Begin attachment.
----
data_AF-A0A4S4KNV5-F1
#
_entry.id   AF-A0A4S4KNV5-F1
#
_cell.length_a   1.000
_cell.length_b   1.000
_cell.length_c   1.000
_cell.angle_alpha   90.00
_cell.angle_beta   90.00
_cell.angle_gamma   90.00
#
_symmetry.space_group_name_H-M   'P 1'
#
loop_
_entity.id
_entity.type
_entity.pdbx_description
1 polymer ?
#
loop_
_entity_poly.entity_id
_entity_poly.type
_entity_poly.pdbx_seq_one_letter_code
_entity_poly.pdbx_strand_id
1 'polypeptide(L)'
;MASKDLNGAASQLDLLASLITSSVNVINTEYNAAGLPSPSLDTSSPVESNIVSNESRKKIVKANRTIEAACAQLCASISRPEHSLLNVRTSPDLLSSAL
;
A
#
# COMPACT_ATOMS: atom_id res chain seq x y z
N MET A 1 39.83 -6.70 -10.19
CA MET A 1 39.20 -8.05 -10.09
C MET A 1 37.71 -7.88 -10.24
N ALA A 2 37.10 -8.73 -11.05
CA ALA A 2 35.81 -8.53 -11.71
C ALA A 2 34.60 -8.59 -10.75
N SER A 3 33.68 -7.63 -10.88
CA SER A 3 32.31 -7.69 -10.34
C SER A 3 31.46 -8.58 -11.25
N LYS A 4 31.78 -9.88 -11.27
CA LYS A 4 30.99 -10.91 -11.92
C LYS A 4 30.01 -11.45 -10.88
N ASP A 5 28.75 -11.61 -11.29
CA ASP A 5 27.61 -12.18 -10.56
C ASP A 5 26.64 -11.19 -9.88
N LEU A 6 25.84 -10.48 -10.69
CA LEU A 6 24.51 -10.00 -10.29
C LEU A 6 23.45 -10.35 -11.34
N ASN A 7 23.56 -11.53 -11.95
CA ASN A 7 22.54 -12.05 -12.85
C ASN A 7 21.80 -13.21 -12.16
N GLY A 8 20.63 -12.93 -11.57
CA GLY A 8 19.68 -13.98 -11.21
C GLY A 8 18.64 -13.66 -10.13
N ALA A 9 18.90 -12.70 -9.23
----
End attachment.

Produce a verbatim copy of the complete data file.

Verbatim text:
data_AF-A0A4S4KNV5-F1
#
_entry.id   AF-A0A4S4KNV5-F1
#
_cell.length_a   1.000
_cell.length_b   1.000
_cell.length_c   1.000
_cell.angle_alpha   90.00
_cell.angle_beta   90.00
_cell.angle_gamma   90.00
#
_symmetry.space_group_name_H-M   'P 1'
#
loop_
_entity.id
_entity.type
_entity.pdbx_description
1 polymer ?
#
loop_
_entity_poly.entity_id
_entity_poly.type
_entity_poly.pdbx_seq_one_letter_code
_entity_poly.pdbx_strand_id
1 'polypeptide(L)'
;MASKDLNGAASQLDLLASLITSSVNVINTEYNAAGLPSPSLDTSSPVESNIVSNESRKKIVKANRTIEAACAQLCASISRPEHSLLNVRTSPDLLSSAL
;
A
#
# COMPACT_ATOMS: atom_id res chain seq x y z
N MET A 1 39.83 -6.70 -10.19
CA MET A 1 39.20 -8.05 -10.09
C MET A 1 37.71 -7.88 -10.24
N ALA A 2 37.10 -8.73 -11.05
CA ALA A 2 35.81 -8.53 -11.71
C ALA A 2 34.60 -8.59 -10.75
N SER A 3 33.68 -7.63 -10.88
CA SER A 3 32.31 -7.69 -10.34
C SER A 3 31.46 -8.58 -11.25
N LYS A 4 31.78 -9.88 -11.27
CA LYS A 4 30.99 -10.91 -11.92
C LYS A 4 30.01 -11.45 -10.88
N ASP A 5 28.75 -11.61 -11.29
CA ASP A 5 27.61 -12.18 -10.56
C ASP A 5 26.64 -11.19 -9.88
N LEU A 6 25.84 -10.48 -10.69
CA LEU A 6 24.51 -10.00 -10.29
C LEU A 6 23.45 -10.35 -11.34
N ASN A 7 23.56 -11.53 -11.95
CA ASN A 7 22.54 -12.05 -12.85
C ASN A 7 21.80 -13.21 -12.16
N GLY A 8 20.63 -12.93 -11.57
CA GLY A 8 19.68 -13.98 -11.21
C GLY A 8 18.64 -13.66 -10.13
N ALA A 9 18.90 -12.70 -9.23